Its influence grew as the industry expanded through time. People in key positions in South African diamond institutions were most likely have direct or indirect link to De Beers. For this reason, doubts emerged whether De Beers was honest on its claim that the company was never touched by conflict diamonds (ICIJ 5). Among the arguments presented, the most intriguing was the cozy relationship between the South African Diamond Board and De Beers. The members of the board and head of various committees were close to the company (ICIJ 8).

Allegedly, De Beers used their political influence for the benefit of the company. Benny Steinmetz, one of the most favored sightholders or the elite dealers of De Beers, was influential in South African politics. Steinmetz had connections with South African member of Congress Tokyo Sexwale who, in turn, was a business partner of De Beers (ICIJ 6). Other circumstances that questioned the integrity of De Beers were focused on the diamonds that De Beers purchased from Angola during this country’s war until its end in 1998 (ICIJ 6).

De Beers’ obscured operating procedures made it almost impossible to determine that source of diamond once these diamonds were mixed in its vault and thus made the allegation impossible to prove (ICIJ 6). When the Kimberly process was formed, it was headed by Abbey Chikane of the South African Diamond Board. Chikane had a close relationship with De Beers (ICIJ 8). Because of this situation, speculations on De Beers’ real motives in being active in the Kimberly process erupted. The general assumption was that De Beers was using the Kimberly process to secure hold on the diamond industry because of the growing competition (ICIJ 7).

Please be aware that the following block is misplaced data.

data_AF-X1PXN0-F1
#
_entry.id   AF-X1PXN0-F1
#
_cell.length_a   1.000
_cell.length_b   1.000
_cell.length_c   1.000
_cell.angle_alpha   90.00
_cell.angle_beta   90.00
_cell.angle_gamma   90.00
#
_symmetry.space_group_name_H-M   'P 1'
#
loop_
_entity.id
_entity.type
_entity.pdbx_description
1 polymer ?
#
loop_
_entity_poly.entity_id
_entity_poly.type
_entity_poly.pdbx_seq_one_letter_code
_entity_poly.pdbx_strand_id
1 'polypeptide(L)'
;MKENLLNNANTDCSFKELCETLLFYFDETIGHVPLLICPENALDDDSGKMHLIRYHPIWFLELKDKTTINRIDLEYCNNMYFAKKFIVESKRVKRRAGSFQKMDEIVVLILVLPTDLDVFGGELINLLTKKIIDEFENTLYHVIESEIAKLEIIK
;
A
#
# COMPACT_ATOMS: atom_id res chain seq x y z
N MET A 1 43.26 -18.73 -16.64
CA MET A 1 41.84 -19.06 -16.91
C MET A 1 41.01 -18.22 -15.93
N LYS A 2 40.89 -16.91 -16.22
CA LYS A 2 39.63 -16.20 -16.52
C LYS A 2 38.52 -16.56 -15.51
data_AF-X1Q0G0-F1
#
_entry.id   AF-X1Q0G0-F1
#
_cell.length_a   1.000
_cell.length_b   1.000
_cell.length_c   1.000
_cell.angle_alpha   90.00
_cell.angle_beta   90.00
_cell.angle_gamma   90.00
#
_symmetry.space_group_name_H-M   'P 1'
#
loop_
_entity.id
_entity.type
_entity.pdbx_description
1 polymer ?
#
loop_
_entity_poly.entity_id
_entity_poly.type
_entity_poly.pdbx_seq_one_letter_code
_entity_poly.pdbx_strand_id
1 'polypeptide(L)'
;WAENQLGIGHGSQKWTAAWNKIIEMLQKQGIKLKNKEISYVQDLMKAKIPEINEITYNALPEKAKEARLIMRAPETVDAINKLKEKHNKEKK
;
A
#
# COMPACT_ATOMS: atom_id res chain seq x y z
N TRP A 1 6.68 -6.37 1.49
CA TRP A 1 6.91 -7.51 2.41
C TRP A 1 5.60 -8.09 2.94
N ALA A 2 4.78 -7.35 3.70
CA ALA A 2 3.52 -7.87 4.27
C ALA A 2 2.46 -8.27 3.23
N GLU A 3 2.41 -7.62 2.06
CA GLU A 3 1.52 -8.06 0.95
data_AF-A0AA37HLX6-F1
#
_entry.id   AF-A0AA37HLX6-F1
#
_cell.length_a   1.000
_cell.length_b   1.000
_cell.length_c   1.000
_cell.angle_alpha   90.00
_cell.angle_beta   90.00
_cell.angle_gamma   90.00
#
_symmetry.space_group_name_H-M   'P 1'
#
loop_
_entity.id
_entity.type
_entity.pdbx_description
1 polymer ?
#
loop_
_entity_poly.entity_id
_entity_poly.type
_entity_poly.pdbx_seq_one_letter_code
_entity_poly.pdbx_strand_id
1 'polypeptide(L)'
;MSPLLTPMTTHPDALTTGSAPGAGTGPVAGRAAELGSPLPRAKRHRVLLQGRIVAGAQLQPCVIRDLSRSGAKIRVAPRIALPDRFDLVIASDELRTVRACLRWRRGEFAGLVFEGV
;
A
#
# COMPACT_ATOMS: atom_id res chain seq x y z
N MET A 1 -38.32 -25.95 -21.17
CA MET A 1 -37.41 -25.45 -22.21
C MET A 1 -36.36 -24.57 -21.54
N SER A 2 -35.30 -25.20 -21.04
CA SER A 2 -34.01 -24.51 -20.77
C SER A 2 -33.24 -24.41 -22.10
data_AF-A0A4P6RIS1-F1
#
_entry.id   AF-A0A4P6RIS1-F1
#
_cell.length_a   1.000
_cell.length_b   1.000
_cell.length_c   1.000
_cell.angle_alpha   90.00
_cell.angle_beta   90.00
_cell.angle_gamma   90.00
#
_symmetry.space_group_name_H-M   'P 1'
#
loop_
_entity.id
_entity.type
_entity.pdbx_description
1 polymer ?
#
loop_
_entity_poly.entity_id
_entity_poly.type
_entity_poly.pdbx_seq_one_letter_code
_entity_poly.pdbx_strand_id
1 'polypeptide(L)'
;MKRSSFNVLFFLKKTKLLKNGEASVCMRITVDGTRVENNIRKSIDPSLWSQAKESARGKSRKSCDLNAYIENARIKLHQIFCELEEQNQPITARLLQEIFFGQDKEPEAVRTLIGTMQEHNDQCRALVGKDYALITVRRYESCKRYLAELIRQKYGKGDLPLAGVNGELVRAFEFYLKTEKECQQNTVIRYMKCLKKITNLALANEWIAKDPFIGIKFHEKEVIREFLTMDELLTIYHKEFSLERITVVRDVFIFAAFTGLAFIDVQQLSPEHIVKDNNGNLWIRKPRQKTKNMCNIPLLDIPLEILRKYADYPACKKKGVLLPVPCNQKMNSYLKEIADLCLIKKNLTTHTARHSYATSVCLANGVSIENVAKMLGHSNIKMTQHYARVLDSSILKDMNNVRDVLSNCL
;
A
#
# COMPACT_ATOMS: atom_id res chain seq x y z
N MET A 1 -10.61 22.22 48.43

Moreover, the report of the General Accounting Office, the investigative arm of the US Congress, that the Kimberly process was essentially flawed, provided further doubt on the effectiveness of the Kimberly Process to address the problem of conflict diamonds (ICIJ 5). Because of media coverage, De Beers took a sudden change of course and started contributing to the mandate of the Kimberly process. De Beers’ created the concept of “branded diamonds” where the diamonds were engraved with the De Beers logo that signified that the stone was from a conflict-free source (ICIJ 5).

De Beers also had taken steps to detach the company from blood diamonds by stopping the purchase of diamonds from previously warring countries unless the purchase guaranteed that no conflict diamonds would find its way to the system (ICIJ 5). Additionally, by cooperating with the United Nations, De Beers actively raised awareness to eliminate the movement of conflict diamonds (ICIJ 9). Validity of the African leaders’ declaration of the diamonds’ key position in uplifting economic and social status can be reflected from several economic indicators.